Smokers require an extra 35 mg of vitamin C per day, so if you don’t get enough from diet, a supplement may be beneficial.
People suffering from digestive or malabsorptive disorders
Vitamin absorption can be hampered by digestive problems, cancer therapies, and renal dialysis. Vitamin C tablets can assist to raise vitamin C levels in the blood.
Athletes who compete in endurance events
While vitamin C supplements have not been demonstrated to prevent colds in the general population, some study shows that it may help endurance athletes during times of heavy activity.
However, there is no solid evidence that vitamin C supplementation can help prevent or treat chronic illnesses. Vitamin C has been shown to help with cancer, cardiovascular disease, and type 2 diabetes in studies, but there isn’t enough evidence to warrant using high-dose supplements or striving for more than the recommended amount.
More fruits and vegetables have been shown to help prevent and manage chronic illness in studies, so go for an additional helping of produce before reaching for supplements.
Vitamin C Forms
Vitamin C supplements come in a variety of forms, including capsules, gummies, chewables, powder, and liquid. If you’re managing your sugar or carbohydrate intake, check the ingredients on the gummy, chewable, powder, and liquid forms.
Ascorbic acid is the most prevalent type of vitamin C found in supplements. Other types include sodium ascorbate, food-based forms and rosehips. In terms of how the body can utilise vitamin C, there isn’t much of a difference between these types.
Some products provide liposomal encapsulated vitamin C, which has been demonstrated in tiny trials to improve the amount of vitamin C the body can utilise.
However, the increased expense may not be justified because supplement doses are often far larger than what your body requires, and your body can likely obtain enough from alternative supplement forms.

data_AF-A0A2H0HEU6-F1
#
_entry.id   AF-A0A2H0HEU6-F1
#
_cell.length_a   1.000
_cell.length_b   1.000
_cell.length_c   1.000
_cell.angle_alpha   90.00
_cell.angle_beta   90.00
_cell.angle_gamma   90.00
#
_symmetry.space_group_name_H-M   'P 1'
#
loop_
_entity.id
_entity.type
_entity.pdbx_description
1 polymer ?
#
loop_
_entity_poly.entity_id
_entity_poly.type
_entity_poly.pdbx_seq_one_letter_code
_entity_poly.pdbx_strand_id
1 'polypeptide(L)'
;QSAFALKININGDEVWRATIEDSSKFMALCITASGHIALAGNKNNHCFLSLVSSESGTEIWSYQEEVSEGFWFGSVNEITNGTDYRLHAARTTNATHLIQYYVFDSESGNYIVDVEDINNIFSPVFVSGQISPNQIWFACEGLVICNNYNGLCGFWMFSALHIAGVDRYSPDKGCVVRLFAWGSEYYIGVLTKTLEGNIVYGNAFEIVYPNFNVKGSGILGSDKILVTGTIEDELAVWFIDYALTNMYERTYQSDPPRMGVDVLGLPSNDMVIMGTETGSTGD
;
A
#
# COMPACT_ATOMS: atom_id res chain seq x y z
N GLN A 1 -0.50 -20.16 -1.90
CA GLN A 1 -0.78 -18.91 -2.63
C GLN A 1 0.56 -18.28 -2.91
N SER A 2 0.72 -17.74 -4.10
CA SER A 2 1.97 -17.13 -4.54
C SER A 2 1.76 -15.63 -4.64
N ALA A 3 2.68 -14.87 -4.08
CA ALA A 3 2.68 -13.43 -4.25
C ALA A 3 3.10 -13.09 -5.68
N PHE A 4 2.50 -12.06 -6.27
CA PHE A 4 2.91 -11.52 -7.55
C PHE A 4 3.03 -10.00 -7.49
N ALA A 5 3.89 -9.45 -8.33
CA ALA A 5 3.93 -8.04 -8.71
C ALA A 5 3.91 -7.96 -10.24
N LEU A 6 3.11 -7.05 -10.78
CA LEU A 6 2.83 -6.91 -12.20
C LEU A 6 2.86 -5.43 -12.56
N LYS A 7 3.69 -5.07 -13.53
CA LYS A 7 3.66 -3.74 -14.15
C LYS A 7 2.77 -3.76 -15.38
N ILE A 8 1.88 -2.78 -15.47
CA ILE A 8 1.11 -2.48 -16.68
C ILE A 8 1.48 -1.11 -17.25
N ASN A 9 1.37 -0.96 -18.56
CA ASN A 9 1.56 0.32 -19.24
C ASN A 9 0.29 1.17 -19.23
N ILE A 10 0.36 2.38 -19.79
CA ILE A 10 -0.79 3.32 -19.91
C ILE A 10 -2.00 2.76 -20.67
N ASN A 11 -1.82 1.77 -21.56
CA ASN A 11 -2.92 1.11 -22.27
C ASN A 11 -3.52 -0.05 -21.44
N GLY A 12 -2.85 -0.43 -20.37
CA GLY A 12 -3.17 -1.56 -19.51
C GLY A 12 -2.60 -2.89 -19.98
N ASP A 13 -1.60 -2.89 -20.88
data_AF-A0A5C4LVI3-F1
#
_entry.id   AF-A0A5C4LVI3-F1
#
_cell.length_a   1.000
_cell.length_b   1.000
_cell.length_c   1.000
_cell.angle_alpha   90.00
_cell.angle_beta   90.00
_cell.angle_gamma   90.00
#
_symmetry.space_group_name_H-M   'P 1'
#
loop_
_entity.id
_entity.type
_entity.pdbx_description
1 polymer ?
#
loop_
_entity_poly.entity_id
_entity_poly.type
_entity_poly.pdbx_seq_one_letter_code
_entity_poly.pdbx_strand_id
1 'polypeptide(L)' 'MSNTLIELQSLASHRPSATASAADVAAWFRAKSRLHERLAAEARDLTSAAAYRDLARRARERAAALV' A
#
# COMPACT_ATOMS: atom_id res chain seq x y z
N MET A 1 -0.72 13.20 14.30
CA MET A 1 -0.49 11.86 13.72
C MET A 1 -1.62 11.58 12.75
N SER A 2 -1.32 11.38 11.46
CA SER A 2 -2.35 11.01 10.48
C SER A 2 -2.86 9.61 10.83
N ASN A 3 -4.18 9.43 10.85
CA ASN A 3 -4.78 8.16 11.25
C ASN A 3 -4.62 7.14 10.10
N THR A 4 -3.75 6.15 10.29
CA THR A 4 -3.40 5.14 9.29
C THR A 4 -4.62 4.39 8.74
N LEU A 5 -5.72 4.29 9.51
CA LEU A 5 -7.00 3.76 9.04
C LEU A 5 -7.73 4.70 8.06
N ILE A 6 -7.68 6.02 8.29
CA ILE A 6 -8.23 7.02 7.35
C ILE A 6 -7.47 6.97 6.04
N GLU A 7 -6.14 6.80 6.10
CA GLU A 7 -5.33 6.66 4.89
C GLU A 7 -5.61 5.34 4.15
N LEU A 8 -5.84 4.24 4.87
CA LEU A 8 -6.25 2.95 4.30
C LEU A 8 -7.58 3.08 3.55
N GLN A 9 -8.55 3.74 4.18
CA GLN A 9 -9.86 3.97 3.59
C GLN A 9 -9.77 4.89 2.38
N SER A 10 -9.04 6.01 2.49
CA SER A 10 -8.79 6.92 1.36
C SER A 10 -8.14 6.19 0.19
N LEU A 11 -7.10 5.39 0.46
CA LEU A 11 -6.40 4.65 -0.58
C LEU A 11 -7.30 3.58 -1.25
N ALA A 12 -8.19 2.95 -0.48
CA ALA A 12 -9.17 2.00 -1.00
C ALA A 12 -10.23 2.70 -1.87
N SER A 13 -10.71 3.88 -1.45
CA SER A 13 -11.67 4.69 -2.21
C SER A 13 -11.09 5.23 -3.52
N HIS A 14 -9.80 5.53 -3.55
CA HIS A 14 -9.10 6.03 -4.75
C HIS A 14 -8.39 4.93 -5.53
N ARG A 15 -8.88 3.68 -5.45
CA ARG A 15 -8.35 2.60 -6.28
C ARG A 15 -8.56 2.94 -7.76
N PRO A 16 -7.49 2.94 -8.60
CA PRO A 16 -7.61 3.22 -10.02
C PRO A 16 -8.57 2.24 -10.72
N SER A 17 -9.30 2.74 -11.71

Vitamin C Dosage
Always talk to your GP before taking a vitamin C supplement to confirm that the supplement is appropriate for your requirements and that you know how much to take.
The quantity you require is determined by your age, gender, lifestyle choices such as smoking, and other health issues. For women over the age of 18, the Recommended Dietary Allowance (RDA) is 75 milligrams. For males, this is higher at 90 milligrams.
Women who are pregnant or breastfeeding require 85 milligrams.
Because the quantity your body absorbs may be less than what is offered in the supplement, many manufacturers provide more than the RDA. 16 Make sure, however, that the total amount contained does not exceed the acceptable upper limit (2,000 mg per day for those 19 and older).
Vitamin C Overdose
Although vitamin C is water-soluble and your body can eliminate any excess you take through food, taking too much vitamin C in the form of supplements might cause difficulties. The National Institute of Health recommends a tolerable upper limit (UL) of 2,000mg per day for persons aged 19 and higher.